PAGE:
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Female promiscuity forces the ejaculates of different males to compete for fertilization through sperm competition. In turn, competing ejaculates often influence female promiscuity and fitness, for example, when ejaculate products increase female fecundity. Here we develop theory examining situations where males stimulate female fecundity and compete for fertilization and female remating is influenced by male fecundity stimulation. We consider the fitness consequences that fecundity stimulation has simultaneously for males inseminating the same female and for the female herself, and we show that the way fecundity increases with male stimulation shifts the coevolutionary dynamics of female remating and male ejaculate expenditure from conflict to cooperation among all mating partners. When fecundity stimulation is weak and males "know" their mating roles, the second male to inseminate a female can exploit the fecundity stimulation of the first male, fostering intra- and intersexual conflict over female remating. However, in a diversity of species where fecundity more than doubles with remating, we show that the female and both males can gain from female remating, leading to intra- and intersexual cooperation over female remating. This coevolutionary perspective yields new insights into the connection between promiscuity, fecundity, and sperm competition and the complex interplay between sexual conflict and cooperation.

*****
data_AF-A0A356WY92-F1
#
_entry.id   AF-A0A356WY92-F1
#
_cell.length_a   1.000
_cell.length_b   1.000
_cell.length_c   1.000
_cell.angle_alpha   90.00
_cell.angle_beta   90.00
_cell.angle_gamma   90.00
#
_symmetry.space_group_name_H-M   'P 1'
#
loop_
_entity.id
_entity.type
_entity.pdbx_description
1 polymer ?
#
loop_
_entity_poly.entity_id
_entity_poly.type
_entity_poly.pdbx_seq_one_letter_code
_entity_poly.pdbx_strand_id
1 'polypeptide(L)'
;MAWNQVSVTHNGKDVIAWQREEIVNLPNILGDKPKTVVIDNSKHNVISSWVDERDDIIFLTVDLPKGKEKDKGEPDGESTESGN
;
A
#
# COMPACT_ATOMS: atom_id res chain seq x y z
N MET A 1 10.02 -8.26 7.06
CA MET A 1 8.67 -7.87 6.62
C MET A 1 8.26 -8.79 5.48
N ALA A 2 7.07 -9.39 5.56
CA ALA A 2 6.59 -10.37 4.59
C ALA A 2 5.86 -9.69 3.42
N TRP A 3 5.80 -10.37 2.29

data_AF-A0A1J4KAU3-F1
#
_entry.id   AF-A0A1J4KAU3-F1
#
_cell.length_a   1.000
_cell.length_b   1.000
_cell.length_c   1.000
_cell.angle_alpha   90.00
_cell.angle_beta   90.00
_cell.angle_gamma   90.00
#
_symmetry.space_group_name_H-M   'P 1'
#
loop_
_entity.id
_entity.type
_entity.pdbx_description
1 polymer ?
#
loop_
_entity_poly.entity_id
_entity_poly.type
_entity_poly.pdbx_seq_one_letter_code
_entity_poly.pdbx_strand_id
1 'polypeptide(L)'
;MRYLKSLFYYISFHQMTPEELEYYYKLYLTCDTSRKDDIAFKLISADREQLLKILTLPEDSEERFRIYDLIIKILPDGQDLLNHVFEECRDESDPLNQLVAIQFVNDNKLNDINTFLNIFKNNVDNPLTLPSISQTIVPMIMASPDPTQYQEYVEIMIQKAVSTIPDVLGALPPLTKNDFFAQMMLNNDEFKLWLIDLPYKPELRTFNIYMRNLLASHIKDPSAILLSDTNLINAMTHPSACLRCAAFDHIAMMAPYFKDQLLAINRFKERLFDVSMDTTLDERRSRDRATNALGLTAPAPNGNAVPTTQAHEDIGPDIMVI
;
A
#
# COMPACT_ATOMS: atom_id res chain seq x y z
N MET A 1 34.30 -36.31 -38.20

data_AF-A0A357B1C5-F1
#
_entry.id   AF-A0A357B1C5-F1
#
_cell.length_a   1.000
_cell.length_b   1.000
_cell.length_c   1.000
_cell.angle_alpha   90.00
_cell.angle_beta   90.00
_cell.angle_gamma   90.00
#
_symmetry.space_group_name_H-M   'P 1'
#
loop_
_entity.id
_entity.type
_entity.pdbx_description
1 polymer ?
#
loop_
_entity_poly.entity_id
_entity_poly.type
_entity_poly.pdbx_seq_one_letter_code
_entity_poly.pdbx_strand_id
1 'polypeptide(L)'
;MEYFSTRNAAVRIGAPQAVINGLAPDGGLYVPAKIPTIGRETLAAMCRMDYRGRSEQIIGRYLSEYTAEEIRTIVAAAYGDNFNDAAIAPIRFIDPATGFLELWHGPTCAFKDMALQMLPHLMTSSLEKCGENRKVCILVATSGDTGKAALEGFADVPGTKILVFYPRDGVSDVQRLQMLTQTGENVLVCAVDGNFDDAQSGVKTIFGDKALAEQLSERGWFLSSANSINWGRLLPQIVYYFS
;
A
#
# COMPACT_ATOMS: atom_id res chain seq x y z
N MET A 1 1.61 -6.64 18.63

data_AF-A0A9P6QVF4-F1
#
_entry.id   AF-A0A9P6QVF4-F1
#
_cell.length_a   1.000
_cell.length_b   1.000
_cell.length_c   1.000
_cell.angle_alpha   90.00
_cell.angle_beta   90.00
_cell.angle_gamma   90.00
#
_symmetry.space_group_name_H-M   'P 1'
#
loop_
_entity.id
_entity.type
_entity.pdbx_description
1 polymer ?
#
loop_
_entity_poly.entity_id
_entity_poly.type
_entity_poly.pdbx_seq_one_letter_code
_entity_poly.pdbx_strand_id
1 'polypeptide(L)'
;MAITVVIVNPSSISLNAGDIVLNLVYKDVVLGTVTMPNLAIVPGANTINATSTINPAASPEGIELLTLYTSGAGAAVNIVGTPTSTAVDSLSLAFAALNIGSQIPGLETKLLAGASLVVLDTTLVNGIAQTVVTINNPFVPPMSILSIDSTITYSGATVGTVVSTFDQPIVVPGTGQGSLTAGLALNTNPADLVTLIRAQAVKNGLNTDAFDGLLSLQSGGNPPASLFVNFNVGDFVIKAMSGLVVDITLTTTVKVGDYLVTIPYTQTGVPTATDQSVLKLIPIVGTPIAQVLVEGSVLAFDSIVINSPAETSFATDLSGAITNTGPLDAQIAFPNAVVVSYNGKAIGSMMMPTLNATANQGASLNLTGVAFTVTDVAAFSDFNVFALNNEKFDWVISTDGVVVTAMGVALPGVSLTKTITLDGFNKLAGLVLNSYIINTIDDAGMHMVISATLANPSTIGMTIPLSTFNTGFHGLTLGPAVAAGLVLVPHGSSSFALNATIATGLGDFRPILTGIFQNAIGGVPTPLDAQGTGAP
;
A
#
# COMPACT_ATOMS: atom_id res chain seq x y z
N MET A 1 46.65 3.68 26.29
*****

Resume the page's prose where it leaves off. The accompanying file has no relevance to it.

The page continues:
Original publication




Journal article


Am Nat

Publication Date





174 - 185


Animals, Biological Evolution, Female, Fertility, Male, Models, Biological, Selection, Genetic, Sexual Behavior, Animal, Spermatozoa